Czech Finance Minister Miroslav Kalousek admits to asking himself a frequent question about his hard line on budget cuts: "Have we frightened people too much?"
His determination to preserve the country's reputation for sound finances is widely blamed for an economic contraction that has lasted since the middle of 2010.
But Kalousek's question, disclosed in an interview this week with Ekonom magazine, begs another: why has the Czech contraction lasted so long when the country's emerging European peers have suffered less?
In terms of slashing the budget deficit, the government here has not been as fast or aggressive as Poland's or Slovakia's.
Yet these other economies are growing, the Czech Republic's is not, and data suggests that notoriously thrifty Czech consumers have reacted more anxiously to spending cuts and tax hikes than Poles or Slovaks.
Some people say the government's approach may play a role.
"The recession is definitely because of the government," said Daniel Nosek, a 68-year-old private business owner. "People are very bitter and they are busy counting how much every new government measure will cost them."
In the third quarter of last year, a 2.4 percent annual fall in household consumption and a 9.4 percent drop in gross capital formation undercut a rise in exports, creating a third straight quarter of recession.
Czech consumer confidence is also at its lowest point in 13 years, highlighting a palpable sense of fear that has caused Czechs to hunker down and companies to stop spending, worsening the downturn.
"The small Czech saver is so terrified and so afraid of the future - and this concerns companies too - that to a certain extent we are worsening an already not-so-good situation," Mojmir Hampl, deputy governor of the central bank, said on Czech Radio on Tuesday.
The government has prided itself on its deficit cutting zeal, noting that its borrowing costs have fallen to below those of many euro zone countries, saving it billions each year in debt maintenance.
Investors agree, paying just 13 basis points over equivalent German bunds for two-year Czech debt, well below the 320 and 550 basis point premiums that investors demand to hold comparable Polish or Hungarian paper.
All these debt cost measures have been at record lows, due at least in part to a "wall of money" created by the world's big central banks trying to revive their economies.
But economists say the Czechs' stringent approach to belt-tightening has bolstered its image as a safe bet, even if Necas and his close ally Kalousek have cut the budget deficit less than their neighbours.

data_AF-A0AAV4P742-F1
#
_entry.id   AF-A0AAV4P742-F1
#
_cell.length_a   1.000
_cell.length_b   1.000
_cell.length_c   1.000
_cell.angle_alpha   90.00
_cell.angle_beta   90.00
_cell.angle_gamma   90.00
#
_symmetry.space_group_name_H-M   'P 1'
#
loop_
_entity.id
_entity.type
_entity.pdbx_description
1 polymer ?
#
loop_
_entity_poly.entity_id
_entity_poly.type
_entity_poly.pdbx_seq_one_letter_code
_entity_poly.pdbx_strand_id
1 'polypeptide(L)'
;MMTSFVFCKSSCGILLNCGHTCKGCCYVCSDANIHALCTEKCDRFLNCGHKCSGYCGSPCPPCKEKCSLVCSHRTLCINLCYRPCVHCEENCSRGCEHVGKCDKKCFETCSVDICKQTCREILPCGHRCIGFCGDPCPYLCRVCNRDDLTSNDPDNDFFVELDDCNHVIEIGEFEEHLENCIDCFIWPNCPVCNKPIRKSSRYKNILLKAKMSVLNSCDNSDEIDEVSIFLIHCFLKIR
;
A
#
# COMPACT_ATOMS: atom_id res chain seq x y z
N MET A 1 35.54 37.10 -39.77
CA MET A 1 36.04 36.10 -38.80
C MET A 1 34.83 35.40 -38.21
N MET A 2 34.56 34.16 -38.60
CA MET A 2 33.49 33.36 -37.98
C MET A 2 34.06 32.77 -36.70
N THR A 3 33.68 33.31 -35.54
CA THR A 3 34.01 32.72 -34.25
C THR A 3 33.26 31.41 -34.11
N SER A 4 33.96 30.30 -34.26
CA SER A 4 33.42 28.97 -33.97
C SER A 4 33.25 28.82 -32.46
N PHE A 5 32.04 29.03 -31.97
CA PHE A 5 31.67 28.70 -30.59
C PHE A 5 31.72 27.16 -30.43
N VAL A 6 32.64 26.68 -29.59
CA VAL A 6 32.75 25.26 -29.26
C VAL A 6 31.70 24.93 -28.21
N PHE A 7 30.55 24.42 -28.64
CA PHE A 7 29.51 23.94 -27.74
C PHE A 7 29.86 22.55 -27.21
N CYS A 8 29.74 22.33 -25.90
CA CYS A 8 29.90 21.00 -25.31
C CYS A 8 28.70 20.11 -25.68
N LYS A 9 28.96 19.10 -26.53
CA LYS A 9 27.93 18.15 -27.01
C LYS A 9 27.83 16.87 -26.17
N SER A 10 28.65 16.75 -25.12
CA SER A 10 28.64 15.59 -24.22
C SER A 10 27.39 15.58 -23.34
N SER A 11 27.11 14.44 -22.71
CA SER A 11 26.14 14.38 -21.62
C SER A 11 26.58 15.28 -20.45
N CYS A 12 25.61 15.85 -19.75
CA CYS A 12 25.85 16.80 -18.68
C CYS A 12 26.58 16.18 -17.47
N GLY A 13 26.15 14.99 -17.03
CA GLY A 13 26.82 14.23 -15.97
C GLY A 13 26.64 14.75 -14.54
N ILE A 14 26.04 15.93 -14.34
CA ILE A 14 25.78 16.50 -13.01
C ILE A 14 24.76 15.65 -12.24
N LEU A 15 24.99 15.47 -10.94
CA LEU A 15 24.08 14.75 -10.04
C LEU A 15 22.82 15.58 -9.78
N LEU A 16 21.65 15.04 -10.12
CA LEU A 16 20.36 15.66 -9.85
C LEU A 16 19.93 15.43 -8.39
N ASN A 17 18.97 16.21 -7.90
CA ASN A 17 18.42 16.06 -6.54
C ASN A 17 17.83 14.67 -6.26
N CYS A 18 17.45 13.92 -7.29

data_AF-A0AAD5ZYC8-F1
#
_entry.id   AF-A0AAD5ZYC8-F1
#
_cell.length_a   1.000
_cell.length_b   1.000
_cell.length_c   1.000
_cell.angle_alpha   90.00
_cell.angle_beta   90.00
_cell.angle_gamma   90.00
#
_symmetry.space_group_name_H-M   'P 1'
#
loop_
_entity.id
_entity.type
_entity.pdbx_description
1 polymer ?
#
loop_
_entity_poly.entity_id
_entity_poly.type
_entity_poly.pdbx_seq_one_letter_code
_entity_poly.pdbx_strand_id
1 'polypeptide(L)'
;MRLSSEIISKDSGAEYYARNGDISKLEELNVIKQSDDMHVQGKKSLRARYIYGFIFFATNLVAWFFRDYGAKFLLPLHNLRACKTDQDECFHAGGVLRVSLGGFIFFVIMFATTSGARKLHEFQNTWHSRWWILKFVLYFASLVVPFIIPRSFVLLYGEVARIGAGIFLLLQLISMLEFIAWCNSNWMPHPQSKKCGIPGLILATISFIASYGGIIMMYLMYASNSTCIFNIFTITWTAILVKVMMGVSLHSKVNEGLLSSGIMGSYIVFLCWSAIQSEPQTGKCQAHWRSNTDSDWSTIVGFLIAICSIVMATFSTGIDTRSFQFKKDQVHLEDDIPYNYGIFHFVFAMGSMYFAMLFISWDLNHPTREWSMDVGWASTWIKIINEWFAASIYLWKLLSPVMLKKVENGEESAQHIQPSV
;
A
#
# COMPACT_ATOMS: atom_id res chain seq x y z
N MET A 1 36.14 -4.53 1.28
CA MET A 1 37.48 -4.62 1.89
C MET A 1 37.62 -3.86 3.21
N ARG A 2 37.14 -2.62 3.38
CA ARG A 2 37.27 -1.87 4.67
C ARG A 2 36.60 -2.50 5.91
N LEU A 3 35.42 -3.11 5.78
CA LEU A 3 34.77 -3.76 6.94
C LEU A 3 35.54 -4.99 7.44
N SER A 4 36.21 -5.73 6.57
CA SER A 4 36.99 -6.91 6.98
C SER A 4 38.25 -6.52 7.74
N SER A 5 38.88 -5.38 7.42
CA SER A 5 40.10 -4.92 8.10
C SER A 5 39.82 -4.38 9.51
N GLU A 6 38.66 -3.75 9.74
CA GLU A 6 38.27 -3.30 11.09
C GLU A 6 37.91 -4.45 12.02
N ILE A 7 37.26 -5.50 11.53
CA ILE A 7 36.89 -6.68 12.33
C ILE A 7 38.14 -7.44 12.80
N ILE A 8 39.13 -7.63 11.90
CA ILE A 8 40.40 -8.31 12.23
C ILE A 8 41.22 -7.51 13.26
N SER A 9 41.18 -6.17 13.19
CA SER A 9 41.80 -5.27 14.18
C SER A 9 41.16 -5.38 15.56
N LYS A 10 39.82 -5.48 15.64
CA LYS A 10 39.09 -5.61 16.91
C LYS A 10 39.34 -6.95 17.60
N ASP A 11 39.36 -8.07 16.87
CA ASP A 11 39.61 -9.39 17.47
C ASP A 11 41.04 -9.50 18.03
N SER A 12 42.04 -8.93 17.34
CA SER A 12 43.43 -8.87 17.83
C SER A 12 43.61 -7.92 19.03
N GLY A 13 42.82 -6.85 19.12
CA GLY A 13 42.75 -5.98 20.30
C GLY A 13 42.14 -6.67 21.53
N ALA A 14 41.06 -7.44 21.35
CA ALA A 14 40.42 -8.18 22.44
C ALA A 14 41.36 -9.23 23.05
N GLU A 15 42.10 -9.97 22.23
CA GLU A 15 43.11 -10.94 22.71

Kalousek has shrunk the budget deficit by almost 40 percent, to an estimated 3.5 percent of gross domestic product (GDP) last year, since the shortfall was biggest in 2009.
But the total 2.3 percentage points of consolidation is less than Slovakia's 3.4 points over the same period, helped by one of the highest growth rates in the European Union. Poland, the region's biggest economy, has cut by 4.4 points to the same level as the Czechs even though they started a year later.
Those two countries have benefited from other factors, including an expansion in car production in Slovakia and billions of euros in infrastructure spending partially funded by the European Union in the runup to the Euro 2012 soccer tournament in Poland.
But government rhetoric has also appeared to play an important role in keeping confidence up and the economy rolling ahead.
While Kalousek has warned the Czech Republic could go the way of Greece if it did not cut its fiscal overhang, Polish officials have mostly focussed on trying to find ways to keep the country's economic expansion alive.
"Clearly it doesn't make sense for (Czech) consumers to be as pessimistic in 2012 as they were in 2009, and they are. They are that or worse. That seems puzzling," said Daniel Hewitt, an economist at Barclays Capital.
"I think it's what the government did. They not only said they were going to do austerity. They did it in ways that was consumption limiting... by cutting wages, affecting pensions and social expenditures. Then they said there will be more to come, lots more to come."
Kalousek and his ally Prime Minister Petr Necas backed off their hard line near the end of last year and allowed the 2012 deficit to widen slightly to an expected 3.5 percent of GDP, from an earlier target of 3 percent.
The finance minister also conceded in the Ekonom interview that harsh rhetoric may have played some role in depressing Czech spending, saying he was able to accept criticism that the government's austerity drive should have also included "some glimpse of hope".
But when asked whether the government could change its rhetoric, he did not abandon his cautious stance.
"This government is, in short, convinced that the consolidation of public finance is essential," he was quoted as saying.
"We have faced a crisis, and ahead of us there is probably a relatively long period that I would mark as a great stagnation. Most of Europe will probably see that for a number of years to come. Everyone will therefore think twice about spending every crown."